By Jasmine Glasheen
This is the first of a series of NAFA interviews with the next generation of fleet professionals from various fleet sectors.
Fleet industry demographics are rapidly evolving. While the industry has traditionally been dominated by males 51-60 years old, more than half (54 percent)
of new trucking hires will be needed to replace retirees, and even more new roles will be created as the industry continues to grow. Despite its strong career growth potential and competitive salaries, the fleet industry has historically struggled to recruit fresh talent.
Rather than preparing for a career in fleet through a single educational track, most professionals enter the fleet industry after working in another field. Only once they’ve begun working in fleet do they realize how much they still have to learn through essential training like NAFA’s CAFM certification and other fleet-specific courses.
I recently spoke with two young leaders in the Product and Service sector to hear about their experiences transitioning to the fleet business and how to get their perspectives on the ways their generation will help propel the industry to new heights.
Factors Shaping the Fleet Leaders of Tomorrow
The transportation field is evolving as the fleet industry takes form as a distinctive career path, and more young professionals begin their education with the intention of working in fleet. Technologies such as telematics and autonomous vehicles may soon make fleet, while not specifically a youth-driven industry, at least one that is driven by Silicon Valley-led innovations such as telematics, autonomous vehicles, GPS, and as-of yet still nascent technologies.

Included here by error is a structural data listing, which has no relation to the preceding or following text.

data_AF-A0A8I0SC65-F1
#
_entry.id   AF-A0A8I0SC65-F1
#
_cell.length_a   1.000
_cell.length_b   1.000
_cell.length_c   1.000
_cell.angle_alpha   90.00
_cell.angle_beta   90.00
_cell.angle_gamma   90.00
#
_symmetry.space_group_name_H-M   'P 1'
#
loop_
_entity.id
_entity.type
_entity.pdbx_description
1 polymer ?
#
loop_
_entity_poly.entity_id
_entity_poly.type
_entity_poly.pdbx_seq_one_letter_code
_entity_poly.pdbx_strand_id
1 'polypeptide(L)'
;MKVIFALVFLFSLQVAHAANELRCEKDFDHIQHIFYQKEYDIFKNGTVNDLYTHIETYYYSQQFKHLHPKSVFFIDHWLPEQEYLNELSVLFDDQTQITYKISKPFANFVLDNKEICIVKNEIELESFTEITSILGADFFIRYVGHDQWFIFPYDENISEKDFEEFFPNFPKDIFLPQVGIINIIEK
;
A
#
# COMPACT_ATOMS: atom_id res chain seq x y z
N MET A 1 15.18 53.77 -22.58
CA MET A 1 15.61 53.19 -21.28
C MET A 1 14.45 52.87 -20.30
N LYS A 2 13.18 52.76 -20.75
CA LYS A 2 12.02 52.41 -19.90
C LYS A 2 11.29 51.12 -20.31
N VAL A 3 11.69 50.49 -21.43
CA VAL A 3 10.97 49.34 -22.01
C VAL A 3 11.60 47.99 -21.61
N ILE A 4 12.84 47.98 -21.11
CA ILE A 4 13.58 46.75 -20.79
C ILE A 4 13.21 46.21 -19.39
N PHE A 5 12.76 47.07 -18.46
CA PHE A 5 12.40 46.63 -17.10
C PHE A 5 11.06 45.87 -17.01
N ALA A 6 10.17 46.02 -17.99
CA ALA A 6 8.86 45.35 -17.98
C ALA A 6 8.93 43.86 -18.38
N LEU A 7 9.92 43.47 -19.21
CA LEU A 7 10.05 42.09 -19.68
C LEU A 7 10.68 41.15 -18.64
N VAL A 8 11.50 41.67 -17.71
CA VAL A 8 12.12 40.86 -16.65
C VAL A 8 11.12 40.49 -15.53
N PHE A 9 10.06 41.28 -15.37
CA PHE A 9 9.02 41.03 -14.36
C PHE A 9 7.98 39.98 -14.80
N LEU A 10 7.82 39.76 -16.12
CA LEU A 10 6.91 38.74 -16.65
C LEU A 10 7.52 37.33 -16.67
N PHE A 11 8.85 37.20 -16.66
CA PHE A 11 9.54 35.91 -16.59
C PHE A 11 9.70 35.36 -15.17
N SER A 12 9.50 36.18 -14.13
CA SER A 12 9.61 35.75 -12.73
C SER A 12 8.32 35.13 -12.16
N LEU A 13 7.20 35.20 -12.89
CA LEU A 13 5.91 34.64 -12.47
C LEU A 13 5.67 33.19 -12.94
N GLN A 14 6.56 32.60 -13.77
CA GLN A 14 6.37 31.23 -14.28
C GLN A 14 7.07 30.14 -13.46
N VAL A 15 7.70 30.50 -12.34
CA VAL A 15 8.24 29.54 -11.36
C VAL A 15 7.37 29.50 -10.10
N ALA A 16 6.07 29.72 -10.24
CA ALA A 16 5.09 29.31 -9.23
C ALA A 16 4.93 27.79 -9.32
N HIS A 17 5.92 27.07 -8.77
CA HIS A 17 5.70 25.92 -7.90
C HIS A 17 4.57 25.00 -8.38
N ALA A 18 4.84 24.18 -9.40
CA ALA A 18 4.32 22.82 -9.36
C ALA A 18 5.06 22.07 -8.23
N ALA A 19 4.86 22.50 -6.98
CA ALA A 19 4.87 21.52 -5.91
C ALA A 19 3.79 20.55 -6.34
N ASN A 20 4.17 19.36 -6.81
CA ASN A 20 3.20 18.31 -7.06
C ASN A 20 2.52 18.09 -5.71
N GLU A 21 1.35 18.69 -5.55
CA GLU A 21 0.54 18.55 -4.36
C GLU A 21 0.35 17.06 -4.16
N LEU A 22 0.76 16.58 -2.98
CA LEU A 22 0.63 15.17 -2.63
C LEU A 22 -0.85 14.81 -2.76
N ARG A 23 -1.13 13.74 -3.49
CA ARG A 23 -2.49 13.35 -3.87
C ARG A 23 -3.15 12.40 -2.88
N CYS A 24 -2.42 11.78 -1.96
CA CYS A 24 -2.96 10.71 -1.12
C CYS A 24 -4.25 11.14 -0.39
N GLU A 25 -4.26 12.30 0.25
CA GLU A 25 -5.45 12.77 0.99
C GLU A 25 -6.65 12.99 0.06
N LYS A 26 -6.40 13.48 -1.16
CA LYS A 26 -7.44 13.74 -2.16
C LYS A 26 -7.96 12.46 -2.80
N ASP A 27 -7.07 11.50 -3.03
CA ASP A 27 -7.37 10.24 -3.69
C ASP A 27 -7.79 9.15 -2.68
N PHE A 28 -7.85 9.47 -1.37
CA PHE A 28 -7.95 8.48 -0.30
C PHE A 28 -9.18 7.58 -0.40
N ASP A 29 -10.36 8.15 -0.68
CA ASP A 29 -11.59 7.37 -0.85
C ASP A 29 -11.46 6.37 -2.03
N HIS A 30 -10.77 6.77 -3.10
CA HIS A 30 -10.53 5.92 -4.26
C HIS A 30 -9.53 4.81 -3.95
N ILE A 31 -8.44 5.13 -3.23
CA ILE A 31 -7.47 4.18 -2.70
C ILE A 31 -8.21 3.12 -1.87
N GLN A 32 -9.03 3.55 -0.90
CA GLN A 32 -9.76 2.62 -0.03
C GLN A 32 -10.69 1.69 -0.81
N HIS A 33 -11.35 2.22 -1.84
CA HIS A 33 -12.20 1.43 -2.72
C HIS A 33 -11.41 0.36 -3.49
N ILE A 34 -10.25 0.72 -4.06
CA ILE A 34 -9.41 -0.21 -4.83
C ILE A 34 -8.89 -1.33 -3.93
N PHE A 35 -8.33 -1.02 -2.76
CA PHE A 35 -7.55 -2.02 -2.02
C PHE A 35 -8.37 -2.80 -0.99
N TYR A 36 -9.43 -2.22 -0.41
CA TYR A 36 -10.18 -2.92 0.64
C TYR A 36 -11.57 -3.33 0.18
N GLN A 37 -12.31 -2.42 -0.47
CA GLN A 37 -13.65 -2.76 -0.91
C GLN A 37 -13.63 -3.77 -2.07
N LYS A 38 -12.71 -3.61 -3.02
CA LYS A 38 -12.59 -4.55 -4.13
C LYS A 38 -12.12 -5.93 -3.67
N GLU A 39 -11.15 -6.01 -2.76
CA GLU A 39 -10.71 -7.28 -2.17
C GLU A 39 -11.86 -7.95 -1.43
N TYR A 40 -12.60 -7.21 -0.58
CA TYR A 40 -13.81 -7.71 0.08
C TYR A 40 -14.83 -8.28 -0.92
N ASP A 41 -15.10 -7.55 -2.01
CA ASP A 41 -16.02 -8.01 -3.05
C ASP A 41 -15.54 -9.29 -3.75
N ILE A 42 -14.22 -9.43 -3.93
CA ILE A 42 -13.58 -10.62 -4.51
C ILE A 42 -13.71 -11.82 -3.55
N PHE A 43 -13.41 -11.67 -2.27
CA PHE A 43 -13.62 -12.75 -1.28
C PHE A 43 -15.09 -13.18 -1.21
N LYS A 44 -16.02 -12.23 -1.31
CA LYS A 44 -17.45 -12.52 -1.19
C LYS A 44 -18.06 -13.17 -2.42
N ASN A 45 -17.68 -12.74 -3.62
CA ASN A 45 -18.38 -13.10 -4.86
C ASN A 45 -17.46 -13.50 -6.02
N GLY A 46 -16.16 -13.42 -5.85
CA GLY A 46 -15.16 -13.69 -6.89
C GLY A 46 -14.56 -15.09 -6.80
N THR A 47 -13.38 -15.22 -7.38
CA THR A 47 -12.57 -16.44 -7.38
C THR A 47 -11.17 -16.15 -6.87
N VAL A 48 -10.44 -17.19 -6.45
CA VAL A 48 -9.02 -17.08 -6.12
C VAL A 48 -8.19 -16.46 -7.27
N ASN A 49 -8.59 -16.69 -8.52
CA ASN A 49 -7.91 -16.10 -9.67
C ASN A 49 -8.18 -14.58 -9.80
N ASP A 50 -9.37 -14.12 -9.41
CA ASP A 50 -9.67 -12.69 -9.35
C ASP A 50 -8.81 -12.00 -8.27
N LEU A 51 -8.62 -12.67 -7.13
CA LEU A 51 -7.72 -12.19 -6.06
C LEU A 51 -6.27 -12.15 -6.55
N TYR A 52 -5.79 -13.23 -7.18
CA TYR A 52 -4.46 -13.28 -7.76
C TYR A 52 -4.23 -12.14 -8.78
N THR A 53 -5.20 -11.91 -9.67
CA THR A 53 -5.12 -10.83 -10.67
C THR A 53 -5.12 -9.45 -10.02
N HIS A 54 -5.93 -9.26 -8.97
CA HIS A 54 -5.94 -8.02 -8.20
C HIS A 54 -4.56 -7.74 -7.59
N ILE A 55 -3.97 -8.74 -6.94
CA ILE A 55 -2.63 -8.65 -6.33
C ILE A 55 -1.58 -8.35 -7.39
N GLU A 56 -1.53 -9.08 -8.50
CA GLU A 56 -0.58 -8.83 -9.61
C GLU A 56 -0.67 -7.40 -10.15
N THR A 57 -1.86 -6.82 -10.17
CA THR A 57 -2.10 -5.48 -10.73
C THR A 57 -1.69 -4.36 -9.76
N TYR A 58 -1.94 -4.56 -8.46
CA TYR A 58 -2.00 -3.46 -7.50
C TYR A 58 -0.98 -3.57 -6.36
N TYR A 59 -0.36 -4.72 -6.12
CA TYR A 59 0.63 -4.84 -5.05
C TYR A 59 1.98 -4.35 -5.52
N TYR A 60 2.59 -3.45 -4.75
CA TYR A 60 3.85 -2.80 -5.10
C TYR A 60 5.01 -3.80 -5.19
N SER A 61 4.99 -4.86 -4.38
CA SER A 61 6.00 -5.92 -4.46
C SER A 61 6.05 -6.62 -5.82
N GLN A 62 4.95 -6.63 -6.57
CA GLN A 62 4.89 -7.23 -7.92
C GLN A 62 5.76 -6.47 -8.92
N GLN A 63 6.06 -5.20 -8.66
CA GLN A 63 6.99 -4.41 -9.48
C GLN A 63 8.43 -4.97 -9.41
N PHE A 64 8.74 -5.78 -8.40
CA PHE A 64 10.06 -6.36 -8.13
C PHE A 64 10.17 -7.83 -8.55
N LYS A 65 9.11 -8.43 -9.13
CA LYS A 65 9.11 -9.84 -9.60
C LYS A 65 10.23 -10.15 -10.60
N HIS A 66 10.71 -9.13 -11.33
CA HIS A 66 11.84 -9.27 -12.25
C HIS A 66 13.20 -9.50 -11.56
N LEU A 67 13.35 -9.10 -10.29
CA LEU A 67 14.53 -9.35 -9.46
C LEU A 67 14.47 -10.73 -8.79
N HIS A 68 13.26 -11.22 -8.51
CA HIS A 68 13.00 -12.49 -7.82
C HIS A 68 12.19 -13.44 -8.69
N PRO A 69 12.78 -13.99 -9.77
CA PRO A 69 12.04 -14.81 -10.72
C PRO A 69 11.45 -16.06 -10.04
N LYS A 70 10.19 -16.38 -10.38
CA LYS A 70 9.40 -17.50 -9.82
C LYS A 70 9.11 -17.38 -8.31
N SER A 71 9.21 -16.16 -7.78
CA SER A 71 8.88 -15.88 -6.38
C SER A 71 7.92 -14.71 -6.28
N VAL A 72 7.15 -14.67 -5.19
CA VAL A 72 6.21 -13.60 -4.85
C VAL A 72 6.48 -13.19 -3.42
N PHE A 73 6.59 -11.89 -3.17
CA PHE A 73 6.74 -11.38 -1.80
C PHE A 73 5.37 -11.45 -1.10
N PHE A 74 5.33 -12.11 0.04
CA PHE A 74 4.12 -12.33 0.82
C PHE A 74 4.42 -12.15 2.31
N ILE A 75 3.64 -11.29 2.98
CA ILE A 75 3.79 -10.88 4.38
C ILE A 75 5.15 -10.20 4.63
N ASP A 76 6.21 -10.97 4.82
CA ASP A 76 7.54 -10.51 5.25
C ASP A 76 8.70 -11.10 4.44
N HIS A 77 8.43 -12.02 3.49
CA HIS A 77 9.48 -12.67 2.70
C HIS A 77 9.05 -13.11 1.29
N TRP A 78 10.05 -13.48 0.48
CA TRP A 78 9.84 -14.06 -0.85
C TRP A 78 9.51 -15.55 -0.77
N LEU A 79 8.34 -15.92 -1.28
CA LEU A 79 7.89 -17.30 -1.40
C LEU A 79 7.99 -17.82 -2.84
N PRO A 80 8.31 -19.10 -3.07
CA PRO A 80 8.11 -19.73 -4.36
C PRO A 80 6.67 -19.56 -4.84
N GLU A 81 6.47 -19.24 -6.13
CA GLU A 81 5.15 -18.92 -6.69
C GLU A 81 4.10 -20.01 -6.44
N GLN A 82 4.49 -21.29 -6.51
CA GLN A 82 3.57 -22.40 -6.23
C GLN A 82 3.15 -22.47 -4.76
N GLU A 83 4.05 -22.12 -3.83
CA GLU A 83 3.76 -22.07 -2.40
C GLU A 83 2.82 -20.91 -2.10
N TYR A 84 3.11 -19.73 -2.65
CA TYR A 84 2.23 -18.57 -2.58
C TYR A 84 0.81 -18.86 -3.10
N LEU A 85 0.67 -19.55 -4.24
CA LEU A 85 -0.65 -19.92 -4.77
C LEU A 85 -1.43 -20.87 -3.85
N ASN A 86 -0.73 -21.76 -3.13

Nicholas Pieroni, Strategic Account Manager at EMKAY Inc.
got into the fleet industry quickly after graduating from the University of Kentucky. He studied communications with a focus on broadcast journalism and says that the skills he learned while at the University of Kentucky have proven to be “invaluable,” as he’s now comfortable speaking with C-Suite executives and delivering the message of the EMKAY brand.
“My generation is very unique,” Pieroni says. “We grew up during a time where technology was at its infancy compared to where it is today. As we grew, technology also grew. We learned how things were done ‘in the good ole’ days,’ but have also adapted to the changing times and trends.”
Pieroni, like many others of this generation, has been greatly impacted by both technology and the state of the world at large. He says, “The firsthand experience of being a part of the world when such vast changes were happening will become one of this generation’s biggest assets.”
While Pieroni agrees that the future of fleet is rooted in technology, he says it also hinges on “the collaboration between future fleet leaders and senior leadership.”
“From reporting to analytics to driver behavior trends,” Pieroni continues, “technology will be the driving force to optimizing a company’s fleet, but collaborative efforts will be key to implementation.”
Russell Werra, Transportation Analyst, Viking Group Inc.
, says that, like so many young people who find themselves working in fleet, he was “forced into learning the fleet side of the business with little to no training.”
Werra had experience in Logistics Coordinating which helped him with time management. “However, I had and still have a lot to learn on the fleet side as it is much more complex than just booking truckloads and ensuring the product is done before the time of pick up.”
Werra agrees that technology is one the biggest factors that is shaping the fleet leaders of tomorrow.